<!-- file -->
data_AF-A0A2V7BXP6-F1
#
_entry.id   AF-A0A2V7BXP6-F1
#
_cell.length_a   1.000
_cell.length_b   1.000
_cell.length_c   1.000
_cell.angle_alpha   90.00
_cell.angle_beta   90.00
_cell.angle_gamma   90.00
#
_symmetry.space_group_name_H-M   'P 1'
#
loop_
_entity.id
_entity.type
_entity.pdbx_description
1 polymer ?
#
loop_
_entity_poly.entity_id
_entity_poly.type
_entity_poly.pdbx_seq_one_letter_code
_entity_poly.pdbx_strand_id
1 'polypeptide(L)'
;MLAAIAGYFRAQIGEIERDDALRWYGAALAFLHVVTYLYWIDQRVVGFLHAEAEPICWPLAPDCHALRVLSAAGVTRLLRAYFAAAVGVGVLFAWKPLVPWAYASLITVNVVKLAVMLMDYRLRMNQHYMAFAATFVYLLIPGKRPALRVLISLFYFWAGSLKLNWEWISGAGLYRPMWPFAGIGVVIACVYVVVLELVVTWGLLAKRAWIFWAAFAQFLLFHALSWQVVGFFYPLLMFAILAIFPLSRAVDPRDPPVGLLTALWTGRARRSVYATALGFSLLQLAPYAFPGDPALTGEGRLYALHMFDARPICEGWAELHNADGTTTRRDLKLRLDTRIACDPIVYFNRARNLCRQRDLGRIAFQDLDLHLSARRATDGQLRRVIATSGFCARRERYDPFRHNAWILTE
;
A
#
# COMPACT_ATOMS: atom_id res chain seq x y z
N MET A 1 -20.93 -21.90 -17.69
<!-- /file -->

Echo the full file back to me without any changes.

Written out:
data_AF-A0A2V7BXP6-F1
#
_entry.id   AF-A0A2V7BXP6-F1
#
_cell.length_a   1.000
_cell.length_b   1.000
_cell.length_c   1.000
_cell.angle_alpha   90.00
_cell.angle_beta   90.00
_cell.angle_gamma   90.00
#
_symmetry.space_group_name_H-M   'P 1'
#
loop_
_entity.id
_entity.type
_entity.pdbx_description
1 polymer ?
#
loop_
_entity_poly.entity_id
_entity_poly.type
_entity_poly.pdbx_seq_one_letter_code
_entity_poly.pdbx_strand_id
1 'polypeptide(L)'
;MLAAIAGYFRAQIGEIERDDALRWYGAALAFLHVVTYLYWIDQRVVGFLHAEAEPICWPLAPDCHALRVLSAAGVTRLLRAYFAAAVGVGVLFAWKPLVPWAYASLITVNVVKLAVMLMDYRLRMNQHYMAFAATFVYLLIPGKRPALRVLISLFYFWAGSLKLNWEWISGAGLYRPMWPFAGIGVVIACVYVVVLELVVTWGLLAKRAWIFWAAFAQFLLFHALSWQVVGFFYPLLMFAILAIFPLSRAVDPRDPPVGLLTALWTGRARRSVYATALGFSLLQLAPYAFPGDPALTGEGRLYALHMFDARPICEGWAELHNADGTTTRRDLKLRLDTRIACDPIVYFNRARNLCRQRDLGRIAFQDLDLHLSARRATDGQLRRVIATSGFCARRERYDPFRHNAWILTE
;
A
#
# COMPACT_ATOMS: atom_id res chain seq x y z
N MET A 1 -20.93 -21.90 -17.69